Growing up in the south, I had my share of tornado and hurricane watches. Whenever a tornado watch was announced, I would take my most treasured childhood possessions into the big bathroom in our house, just in case something happened. Luckily, we weren’t hit with a tornado while living there, but there was no way to know beforehand if the ominous clouds in the sky would produce a funnel of disaster headed our way.
Sometimes in life, just like the weather, conditions are right for a disaster to occur. When a tornado watch is issued, all of the conditions in the atmosphere are just right for a tornado to form. Just one tiny change in pressure to cool, dry air moving in the area can tip the delicate balance and set off a chain of motion that can’t be reversed.
In families, we have the same delicate balance of conditions at play. Parents work and take care of the children and house. The kids are expected to be good students and take part in family and community activities. As long as everything moves along the path we expect, things are ok.
But sometimes, things are stressed and tense. Dad may be worried about keeping his job during a time of great economic uncertainty. Mom may be hesitant to book the annual family trip just in case Dad loses his job. One of the kids may be struggling in math, and another may be dealing with bullying.
All it takes is for one person to have a bad day. BAM! The delicate family balance changes. Everyone reacts to the situation at hand, causing a whirlwind of emotions to tear through the family.
Unlike tornado watches, we can do some things differently to relieve pressure in our families. While we may not be able to prevent every whirlwind, we can greatly reduce the frequency and even intensity of the outbreak.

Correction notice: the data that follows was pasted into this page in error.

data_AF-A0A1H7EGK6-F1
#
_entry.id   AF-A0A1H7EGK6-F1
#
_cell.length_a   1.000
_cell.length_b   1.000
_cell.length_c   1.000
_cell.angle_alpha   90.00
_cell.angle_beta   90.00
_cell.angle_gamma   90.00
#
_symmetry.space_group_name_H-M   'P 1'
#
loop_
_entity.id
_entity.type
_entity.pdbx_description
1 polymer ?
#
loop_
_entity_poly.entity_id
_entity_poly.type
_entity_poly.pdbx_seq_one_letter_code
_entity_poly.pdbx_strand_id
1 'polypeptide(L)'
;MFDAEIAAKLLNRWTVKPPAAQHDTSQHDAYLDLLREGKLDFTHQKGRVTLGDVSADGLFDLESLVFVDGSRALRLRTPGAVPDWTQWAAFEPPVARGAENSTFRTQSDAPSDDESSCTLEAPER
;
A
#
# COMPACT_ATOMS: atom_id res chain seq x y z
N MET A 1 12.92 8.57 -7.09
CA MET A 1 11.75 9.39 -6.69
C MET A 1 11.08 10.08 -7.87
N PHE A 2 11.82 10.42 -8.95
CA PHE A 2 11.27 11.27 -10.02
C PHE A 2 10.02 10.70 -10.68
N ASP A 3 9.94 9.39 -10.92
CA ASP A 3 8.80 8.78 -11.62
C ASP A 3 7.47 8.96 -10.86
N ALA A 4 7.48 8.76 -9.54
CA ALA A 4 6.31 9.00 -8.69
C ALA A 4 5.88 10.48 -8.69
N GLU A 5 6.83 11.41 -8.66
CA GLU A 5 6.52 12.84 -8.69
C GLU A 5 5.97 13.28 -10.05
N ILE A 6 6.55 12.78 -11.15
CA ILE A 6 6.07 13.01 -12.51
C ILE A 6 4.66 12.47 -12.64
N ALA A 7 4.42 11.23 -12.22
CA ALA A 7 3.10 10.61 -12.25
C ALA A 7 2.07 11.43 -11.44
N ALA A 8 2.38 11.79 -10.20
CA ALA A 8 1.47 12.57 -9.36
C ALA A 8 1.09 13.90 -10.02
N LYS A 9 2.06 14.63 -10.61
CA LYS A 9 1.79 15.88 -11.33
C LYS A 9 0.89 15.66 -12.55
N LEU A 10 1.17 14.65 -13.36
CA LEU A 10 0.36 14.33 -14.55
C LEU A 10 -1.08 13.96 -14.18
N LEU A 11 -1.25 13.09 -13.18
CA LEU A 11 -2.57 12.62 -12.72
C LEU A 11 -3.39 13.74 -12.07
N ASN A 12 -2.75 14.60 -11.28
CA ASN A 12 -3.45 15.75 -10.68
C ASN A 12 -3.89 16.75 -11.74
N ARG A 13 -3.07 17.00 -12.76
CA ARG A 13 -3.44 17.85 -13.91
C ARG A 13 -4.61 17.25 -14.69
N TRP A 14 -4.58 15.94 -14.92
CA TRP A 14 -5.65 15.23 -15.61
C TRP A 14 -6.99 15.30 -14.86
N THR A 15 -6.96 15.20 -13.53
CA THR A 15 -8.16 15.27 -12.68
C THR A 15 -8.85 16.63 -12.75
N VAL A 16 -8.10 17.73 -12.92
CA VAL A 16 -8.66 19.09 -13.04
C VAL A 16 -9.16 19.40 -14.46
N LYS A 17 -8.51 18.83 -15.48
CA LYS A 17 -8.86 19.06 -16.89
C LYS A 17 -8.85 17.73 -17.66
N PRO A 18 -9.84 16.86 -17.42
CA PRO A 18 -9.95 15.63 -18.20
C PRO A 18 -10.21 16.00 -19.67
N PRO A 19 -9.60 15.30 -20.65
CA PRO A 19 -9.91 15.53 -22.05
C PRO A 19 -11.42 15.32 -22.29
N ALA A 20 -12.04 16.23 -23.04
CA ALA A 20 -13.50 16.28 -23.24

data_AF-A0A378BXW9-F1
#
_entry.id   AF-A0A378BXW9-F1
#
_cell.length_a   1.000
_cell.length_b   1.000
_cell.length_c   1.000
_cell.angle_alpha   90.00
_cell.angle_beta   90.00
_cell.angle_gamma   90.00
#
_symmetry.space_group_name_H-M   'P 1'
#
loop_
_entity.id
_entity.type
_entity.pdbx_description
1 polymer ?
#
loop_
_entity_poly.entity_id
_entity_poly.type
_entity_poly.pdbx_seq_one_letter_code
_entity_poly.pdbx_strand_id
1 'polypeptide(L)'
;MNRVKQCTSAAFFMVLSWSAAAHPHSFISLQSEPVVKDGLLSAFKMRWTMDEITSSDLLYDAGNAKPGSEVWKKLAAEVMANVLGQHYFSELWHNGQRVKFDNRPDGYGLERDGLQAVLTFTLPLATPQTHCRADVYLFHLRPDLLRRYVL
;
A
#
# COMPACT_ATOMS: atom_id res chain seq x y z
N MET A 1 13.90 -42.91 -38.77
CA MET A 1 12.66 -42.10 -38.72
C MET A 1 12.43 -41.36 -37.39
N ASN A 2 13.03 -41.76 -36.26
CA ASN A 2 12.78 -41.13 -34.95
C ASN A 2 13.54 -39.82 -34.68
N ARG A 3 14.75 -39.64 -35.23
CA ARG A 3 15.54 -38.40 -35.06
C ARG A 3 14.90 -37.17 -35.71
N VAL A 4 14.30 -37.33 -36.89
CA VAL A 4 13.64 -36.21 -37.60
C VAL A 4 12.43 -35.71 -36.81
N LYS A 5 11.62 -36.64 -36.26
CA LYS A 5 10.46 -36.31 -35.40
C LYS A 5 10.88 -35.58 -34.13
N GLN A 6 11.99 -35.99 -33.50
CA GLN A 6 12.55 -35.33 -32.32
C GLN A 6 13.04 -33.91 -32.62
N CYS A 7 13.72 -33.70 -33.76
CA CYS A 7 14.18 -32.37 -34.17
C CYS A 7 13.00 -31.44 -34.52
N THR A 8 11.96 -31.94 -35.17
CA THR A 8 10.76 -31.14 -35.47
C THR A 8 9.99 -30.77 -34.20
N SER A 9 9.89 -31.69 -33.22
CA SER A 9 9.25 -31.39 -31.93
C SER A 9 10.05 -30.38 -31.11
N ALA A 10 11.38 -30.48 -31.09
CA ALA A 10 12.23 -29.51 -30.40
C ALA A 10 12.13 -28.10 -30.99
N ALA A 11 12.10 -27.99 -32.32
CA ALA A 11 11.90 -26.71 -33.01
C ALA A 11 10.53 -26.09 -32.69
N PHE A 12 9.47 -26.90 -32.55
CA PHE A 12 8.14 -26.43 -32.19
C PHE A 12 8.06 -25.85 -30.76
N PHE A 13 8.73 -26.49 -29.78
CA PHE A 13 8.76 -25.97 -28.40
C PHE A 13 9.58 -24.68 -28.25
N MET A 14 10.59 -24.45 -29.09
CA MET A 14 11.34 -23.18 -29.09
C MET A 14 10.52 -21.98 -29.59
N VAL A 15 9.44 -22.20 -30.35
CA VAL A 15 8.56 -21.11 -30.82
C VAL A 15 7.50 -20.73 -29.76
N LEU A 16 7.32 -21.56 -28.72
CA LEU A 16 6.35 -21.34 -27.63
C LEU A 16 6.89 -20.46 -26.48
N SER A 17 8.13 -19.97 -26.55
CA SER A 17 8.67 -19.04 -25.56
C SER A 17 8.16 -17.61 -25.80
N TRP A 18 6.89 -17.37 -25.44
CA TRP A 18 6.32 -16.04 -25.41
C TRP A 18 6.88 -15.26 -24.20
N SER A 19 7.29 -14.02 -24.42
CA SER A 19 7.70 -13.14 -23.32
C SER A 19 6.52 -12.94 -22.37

Warm Up the Atmosphere
In nature, when warm and cold air collide, there’s always a rumble of thunder. In families, when one person’s warm nature crosses someone else’s cold disposition, there’s usually a roar.
By warming up the atmosphere in our homes, we can create a laid-back feeling that invites everyone to be themselves without fear. Warming up the atmosphere can include playing soft music in the background, lighting candles, inviting family members to help prepare dinner, not allowing criticism at the dinner table and addressing grievances in private can all help add warmth to your family’s atmosphere.
Decrease the Pressure
Many of us feel the need to please others. Even as adults, it’s easy to feel like we need to live up to expectations. Often, these expectations can be carried over to our spouse, our children, and co-workers.
Take note of what expectations are truly yours and those can come from others. Notice how you may be judging your own performance based on how others carry out responsibilities. Determine what pressures need to stay, and which ones can be released.
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